General Nitz said, deliberately offhandedly, "We have this psychiatrist at Wallingford Clinic. There are currently three new proposed weapons media-is that the proper plural? No-who are relatively untested but whom we could draw on." To Lars he said with abrupt bluntness, "You wouldn't like that, Mr. Lars; you wouldn't want that at all. So we'll spare you that. For the time being."

With his right hand General Nitz made a tic-like gesture. At the far end of the chamber, a youthful U.S. commissioned officer bent and clicked on a vidset. Speaking into an in-grafted throat microphone, the officer conferred with persons not present in the room; then, straightening, he pointed to the vidset indicating that now it-whatever it was-could be considered ready.

On the vidset formed a face, a mystifying source of human essence, wavering slightly in indication that the signal was being relayed from a quite distant spot via a satellite.

Pointing at Lars, General Nitz said, "Can our boy put his head together with your girl?"

On the vidscreen the far-distant eyes of the wavering face scrutinized Lars, while at his microphone the young officer translated.

"No," the face on the screen said.

"Why not, Marshal?" Nitz said.

It was the face of Peep-East's highest dignity and holder of power, the Chairman of the Central Committee of the Communist Party as well as Secretary of the SeRKeb. The man on the screen, deciding against the fusion, was the Soviet Marshal of the Red Army, Maxim Paponovich. And that man, overruling every other living person in the world on this matter, said, "We must keep her from the publicity. She is poorly. You know; sick? I regret. It is a shame." And, cat-like, Paponovich, with smoldering eyes, surveyed Lars for his reaction as if reading him out of a well-broken, long known code.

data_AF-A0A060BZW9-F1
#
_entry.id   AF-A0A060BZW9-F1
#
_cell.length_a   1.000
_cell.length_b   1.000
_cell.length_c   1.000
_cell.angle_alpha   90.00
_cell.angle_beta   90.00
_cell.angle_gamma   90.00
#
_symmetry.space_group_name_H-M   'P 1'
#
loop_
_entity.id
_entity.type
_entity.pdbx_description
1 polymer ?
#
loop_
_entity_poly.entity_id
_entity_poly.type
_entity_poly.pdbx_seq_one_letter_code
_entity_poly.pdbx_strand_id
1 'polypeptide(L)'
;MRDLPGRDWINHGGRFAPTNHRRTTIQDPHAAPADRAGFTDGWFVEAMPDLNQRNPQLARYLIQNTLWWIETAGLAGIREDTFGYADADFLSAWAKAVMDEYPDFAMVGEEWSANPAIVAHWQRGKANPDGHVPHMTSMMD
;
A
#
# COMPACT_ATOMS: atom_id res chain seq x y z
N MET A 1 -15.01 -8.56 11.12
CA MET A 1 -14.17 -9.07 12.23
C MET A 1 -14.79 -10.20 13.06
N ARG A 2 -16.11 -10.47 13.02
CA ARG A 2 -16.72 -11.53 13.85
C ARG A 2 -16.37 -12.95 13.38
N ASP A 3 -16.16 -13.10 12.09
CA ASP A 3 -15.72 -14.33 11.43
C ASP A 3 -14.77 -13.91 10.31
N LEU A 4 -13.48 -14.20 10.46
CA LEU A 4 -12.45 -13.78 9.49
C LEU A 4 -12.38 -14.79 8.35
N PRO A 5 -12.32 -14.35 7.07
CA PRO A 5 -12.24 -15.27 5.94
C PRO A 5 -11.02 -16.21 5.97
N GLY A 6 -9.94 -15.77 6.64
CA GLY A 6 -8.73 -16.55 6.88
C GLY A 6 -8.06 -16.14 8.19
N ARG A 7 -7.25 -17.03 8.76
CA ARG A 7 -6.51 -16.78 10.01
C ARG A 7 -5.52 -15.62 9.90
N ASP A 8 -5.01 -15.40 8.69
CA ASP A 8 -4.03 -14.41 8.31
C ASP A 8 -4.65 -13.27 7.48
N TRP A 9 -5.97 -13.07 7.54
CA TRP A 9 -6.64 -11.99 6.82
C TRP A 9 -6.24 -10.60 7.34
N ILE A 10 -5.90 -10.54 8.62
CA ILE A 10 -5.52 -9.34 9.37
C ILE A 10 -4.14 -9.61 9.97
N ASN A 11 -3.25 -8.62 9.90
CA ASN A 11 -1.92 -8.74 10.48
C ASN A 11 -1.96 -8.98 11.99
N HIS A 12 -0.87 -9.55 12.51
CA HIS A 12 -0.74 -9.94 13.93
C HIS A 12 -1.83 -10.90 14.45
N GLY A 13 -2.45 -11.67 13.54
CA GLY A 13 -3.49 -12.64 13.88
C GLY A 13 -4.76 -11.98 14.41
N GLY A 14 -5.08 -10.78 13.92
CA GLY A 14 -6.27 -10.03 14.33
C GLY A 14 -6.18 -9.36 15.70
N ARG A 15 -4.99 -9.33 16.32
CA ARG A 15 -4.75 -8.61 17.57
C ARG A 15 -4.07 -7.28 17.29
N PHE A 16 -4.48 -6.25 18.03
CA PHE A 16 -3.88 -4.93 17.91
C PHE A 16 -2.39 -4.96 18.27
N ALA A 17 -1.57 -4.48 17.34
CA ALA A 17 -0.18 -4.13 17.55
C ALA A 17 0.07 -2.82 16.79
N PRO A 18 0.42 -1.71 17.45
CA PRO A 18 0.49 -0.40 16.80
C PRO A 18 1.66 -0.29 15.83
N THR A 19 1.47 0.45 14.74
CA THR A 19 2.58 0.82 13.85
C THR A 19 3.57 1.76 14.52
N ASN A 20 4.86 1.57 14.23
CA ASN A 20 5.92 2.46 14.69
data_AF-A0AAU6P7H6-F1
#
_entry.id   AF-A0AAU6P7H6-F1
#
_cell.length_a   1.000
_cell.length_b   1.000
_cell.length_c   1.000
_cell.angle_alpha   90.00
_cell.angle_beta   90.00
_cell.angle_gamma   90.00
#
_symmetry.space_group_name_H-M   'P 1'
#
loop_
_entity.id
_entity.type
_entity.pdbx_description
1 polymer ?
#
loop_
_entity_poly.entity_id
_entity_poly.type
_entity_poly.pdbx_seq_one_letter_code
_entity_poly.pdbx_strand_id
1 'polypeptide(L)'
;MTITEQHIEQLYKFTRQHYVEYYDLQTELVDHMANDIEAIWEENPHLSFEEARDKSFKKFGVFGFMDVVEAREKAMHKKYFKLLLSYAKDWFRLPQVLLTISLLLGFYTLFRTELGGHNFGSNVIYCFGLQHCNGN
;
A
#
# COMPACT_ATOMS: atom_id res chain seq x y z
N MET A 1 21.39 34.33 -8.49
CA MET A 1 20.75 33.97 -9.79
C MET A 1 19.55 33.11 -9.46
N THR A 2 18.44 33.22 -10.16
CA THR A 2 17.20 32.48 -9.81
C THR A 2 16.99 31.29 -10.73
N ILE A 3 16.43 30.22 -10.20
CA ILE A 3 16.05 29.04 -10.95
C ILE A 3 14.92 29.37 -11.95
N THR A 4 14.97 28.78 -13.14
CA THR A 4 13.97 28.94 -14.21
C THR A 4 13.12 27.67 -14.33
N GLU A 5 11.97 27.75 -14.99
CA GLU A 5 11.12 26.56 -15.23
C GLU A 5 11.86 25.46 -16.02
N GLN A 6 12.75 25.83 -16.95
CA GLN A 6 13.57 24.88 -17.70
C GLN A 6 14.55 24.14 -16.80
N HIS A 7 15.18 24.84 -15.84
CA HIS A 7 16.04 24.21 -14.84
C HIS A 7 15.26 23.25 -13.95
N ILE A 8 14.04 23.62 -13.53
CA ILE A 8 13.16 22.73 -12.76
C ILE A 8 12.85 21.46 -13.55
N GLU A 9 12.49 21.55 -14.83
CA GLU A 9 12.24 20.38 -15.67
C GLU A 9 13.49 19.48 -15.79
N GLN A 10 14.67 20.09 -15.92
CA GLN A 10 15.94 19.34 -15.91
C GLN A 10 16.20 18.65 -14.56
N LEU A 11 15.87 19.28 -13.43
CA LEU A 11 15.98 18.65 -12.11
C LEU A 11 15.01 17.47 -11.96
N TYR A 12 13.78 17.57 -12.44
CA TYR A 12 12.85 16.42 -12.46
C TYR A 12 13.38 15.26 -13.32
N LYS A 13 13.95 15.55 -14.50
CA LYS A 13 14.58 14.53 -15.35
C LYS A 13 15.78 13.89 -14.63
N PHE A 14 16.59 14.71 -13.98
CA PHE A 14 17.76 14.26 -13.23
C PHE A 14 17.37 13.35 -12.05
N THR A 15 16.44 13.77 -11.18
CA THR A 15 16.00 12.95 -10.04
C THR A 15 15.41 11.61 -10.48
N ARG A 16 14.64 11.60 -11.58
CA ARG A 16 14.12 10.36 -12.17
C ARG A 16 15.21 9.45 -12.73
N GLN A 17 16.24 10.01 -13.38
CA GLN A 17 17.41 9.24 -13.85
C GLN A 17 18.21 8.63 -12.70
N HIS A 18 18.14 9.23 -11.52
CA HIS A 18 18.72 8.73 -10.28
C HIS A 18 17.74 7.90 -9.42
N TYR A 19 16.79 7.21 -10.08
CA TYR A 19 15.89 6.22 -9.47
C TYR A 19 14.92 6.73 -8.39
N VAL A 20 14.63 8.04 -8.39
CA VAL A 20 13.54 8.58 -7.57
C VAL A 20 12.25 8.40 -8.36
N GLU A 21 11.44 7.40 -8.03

Rising respectfully to his feet, Lars said, "Marshal Paponovich, you're making a dreadful error. Miss Topchev and I can be looked to for redress. Is the Soviet Union opposed to the search for remedy in this bad situation?"

The face, tangibly hating him, continued to confront him from the screen.

"If I'm not permitted to cooperate with Miss Topchev," Lars said, "I will shore up the security of Wes-bloc and call it quits. I'm asking you now to change your mind, for the protection of the billions of people of Peep-East. And I'm prepared to make public the nature of our attempt to compile our separate talents, despite what this formal Board may instruct. I have direct access to infomedia such as the Lucky Bagman interviewers. And your refusal-"

"Yes," Marshal Paponovich said. "Miss Topchev will be at Fairfax, Iceland, within the next twenty-four hours." And the look of his face said: You made us do only what we intended to do. And you have taken all of the responsibility so that if it fails it is on you-So we have won. Thank you.

"Thank you, Marshal," Lars said, and reseated himself. He did not give a damn whether or not he had been skillfully manipulated. What mattered was that within the next twenty-four hours he would meet Lilo Topchev at last.


Because of Miss Topchev's delicate psychological fugue, it was bootless for him to journey to Iceland immediately-so he had time to pursue the project suggested by Maren.

In person, rather than by vidphone, he approached the Soviet Embassy in New York City, entered the rented-at-vast-price modern building and asked the girl at the first desk he saw for Mr. Aksel Kaminsky.